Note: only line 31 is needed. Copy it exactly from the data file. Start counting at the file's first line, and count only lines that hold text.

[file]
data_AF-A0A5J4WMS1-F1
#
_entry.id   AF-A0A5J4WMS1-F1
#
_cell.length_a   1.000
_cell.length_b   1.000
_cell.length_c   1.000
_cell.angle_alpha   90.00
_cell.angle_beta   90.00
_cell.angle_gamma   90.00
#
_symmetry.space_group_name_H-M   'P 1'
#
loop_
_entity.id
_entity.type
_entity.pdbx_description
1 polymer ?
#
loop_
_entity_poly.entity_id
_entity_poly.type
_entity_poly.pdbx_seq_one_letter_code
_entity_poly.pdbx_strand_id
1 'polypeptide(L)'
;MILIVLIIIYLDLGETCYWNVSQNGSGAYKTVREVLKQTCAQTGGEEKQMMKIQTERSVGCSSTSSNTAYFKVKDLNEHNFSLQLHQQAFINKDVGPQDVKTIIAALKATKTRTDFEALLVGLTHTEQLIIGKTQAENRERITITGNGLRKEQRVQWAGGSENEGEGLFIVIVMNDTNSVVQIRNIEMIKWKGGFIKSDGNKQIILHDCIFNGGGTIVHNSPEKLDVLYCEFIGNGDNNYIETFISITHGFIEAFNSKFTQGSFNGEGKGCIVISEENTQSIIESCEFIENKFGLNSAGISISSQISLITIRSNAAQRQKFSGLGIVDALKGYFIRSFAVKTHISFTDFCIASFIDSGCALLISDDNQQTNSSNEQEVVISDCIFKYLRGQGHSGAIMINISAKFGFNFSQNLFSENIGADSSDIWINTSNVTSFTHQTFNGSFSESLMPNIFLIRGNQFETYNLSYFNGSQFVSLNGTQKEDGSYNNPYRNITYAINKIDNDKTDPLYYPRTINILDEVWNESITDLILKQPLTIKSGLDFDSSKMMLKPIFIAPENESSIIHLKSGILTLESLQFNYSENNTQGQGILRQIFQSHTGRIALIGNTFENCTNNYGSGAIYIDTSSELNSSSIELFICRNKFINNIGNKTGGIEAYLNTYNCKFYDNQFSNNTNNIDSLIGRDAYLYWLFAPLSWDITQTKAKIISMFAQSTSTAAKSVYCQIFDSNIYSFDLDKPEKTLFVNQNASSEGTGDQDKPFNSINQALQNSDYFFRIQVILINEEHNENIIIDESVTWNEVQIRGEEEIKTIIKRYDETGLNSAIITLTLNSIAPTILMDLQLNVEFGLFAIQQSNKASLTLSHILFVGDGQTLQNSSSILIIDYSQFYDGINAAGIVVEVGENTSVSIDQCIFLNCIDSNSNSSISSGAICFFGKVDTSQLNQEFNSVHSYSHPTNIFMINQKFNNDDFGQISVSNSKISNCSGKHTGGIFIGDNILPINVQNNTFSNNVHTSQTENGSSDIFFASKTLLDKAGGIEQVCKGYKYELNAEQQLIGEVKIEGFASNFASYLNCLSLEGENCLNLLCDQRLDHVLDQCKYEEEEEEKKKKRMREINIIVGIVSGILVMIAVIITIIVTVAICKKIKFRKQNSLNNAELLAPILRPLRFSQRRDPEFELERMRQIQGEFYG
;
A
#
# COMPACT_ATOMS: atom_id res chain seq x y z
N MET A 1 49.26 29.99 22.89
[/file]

N MET A 1 49.26 29.99 22.89